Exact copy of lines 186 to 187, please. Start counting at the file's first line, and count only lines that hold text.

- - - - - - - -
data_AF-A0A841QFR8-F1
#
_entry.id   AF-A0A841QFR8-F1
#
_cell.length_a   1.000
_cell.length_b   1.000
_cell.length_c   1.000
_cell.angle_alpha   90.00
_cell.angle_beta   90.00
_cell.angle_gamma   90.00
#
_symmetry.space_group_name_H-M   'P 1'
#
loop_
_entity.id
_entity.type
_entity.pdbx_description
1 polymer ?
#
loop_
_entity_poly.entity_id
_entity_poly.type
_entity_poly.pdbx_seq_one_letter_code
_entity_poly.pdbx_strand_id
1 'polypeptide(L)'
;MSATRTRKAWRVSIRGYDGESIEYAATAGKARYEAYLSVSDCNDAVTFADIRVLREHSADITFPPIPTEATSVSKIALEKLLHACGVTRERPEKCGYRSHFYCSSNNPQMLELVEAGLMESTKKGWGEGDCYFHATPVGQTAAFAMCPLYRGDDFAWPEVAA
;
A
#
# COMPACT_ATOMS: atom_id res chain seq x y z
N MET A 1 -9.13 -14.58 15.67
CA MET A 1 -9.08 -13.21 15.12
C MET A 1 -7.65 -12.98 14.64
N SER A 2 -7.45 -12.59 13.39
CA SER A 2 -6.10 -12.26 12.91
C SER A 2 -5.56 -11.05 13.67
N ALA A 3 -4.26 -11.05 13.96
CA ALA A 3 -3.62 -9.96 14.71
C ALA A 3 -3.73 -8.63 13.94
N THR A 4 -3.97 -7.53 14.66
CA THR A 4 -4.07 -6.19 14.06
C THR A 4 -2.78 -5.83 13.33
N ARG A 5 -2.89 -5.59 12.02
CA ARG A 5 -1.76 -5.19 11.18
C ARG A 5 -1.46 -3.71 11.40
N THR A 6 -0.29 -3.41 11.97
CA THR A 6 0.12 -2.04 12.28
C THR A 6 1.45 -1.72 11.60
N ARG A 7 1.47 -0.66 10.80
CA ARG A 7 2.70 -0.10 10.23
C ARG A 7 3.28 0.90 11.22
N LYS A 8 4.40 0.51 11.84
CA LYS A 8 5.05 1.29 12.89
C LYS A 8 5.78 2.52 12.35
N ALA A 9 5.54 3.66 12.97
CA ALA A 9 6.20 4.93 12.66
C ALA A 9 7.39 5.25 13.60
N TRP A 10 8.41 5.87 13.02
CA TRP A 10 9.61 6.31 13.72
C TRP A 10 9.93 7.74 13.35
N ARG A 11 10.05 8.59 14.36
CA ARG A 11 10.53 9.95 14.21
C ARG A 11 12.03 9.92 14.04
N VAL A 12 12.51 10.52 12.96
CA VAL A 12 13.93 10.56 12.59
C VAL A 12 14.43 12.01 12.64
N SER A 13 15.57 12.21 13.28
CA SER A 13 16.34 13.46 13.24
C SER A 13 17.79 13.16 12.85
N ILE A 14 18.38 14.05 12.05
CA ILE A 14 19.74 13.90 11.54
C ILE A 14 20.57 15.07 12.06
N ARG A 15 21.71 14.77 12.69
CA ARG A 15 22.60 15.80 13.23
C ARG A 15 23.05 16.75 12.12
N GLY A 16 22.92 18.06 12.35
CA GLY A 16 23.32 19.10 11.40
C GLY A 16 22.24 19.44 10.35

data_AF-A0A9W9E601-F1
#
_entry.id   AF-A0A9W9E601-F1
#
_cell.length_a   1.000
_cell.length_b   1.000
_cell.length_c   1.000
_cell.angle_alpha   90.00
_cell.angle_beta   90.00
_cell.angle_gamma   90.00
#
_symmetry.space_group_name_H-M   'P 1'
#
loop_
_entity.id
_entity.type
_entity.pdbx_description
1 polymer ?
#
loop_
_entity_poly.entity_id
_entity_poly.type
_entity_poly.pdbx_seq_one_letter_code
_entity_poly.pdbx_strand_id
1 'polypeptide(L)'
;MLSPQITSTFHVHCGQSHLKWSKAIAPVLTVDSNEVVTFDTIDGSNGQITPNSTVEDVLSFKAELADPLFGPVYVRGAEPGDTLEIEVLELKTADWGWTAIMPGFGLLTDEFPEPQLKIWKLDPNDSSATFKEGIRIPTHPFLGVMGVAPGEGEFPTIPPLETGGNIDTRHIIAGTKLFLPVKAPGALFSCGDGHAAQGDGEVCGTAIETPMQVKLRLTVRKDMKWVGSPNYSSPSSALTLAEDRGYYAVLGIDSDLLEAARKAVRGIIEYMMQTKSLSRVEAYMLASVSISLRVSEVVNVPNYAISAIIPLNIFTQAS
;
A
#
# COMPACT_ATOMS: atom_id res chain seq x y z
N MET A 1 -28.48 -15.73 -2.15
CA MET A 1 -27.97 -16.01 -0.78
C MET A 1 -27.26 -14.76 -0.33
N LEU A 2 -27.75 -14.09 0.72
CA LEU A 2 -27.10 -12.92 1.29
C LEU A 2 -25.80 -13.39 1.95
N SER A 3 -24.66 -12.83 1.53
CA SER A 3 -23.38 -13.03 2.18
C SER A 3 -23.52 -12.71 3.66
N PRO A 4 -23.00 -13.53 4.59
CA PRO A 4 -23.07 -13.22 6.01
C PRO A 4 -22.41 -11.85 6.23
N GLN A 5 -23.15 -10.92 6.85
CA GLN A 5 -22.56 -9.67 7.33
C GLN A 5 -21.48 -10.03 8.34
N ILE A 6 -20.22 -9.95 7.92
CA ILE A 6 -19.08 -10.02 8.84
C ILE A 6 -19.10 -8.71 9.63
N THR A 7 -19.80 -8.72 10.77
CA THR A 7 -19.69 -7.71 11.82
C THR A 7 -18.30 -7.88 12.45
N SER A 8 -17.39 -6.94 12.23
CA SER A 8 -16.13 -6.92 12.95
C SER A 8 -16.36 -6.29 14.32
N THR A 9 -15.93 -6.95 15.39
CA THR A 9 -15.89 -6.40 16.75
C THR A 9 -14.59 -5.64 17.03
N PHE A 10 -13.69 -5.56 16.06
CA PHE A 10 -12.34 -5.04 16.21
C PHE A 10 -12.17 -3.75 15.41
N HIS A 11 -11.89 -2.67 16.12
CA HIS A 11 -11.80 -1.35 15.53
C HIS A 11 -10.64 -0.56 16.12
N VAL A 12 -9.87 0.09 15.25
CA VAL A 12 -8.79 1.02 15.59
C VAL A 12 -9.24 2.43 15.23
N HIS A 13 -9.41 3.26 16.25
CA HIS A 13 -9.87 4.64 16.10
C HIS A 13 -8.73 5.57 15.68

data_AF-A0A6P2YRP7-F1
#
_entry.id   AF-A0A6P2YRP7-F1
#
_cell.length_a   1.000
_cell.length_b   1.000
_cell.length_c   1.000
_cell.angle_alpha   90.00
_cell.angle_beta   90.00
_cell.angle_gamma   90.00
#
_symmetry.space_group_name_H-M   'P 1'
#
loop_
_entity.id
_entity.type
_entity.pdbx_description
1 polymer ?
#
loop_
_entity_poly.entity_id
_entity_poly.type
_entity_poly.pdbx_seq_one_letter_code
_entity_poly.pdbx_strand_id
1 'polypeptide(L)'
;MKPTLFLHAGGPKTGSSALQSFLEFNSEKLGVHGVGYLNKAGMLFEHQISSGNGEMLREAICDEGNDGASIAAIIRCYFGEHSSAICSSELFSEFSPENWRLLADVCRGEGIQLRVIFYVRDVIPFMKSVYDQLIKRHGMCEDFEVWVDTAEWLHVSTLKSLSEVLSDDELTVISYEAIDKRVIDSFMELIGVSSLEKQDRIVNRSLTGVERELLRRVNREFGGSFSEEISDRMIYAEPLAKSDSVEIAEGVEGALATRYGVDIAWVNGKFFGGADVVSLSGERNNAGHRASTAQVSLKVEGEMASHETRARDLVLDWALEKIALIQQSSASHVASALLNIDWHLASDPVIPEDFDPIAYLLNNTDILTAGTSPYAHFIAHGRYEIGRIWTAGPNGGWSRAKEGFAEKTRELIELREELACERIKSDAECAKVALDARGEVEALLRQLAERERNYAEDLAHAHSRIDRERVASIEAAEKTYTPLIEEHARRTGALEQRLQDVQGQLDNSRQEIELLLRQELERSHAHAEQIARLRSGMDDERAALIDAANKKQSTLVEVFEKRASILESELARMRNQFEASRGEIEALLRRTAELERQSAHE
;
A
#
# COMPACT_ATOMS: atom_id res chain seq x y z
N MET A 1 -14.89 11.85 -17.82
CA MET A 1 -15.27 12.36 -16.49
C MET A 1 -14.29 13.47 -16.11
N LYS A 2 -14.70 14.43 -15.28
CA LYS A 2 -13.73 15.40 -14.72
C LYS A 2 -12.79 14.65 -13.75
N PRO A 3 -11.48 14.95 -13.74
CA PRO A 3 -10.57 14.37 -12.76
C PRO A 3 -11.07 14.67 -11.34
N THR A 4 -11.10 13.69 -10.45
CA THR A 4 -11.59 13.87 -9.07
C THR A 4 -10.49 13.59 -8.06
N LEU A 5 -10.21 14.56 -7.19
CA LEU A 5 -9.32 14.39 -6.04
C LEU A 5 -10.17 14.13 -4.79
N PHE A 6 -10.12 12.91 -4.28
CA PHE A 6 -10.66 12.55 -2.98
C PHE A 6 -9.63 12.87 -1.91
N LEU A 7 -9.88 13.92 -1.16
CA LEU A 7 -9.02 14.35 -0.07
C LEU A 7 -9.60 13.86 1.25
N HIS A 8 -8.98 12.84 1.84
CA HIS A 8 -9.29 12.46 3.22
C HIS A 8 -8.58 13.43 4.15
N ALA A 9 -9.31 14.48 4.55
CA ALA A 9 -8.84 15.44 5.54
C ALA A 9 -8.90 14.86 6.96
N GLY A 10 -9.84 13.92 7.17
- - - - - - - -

C PRO A 3 -11.07 14.67 -11.34
N THR A 4 -11.10 13.69 -10.45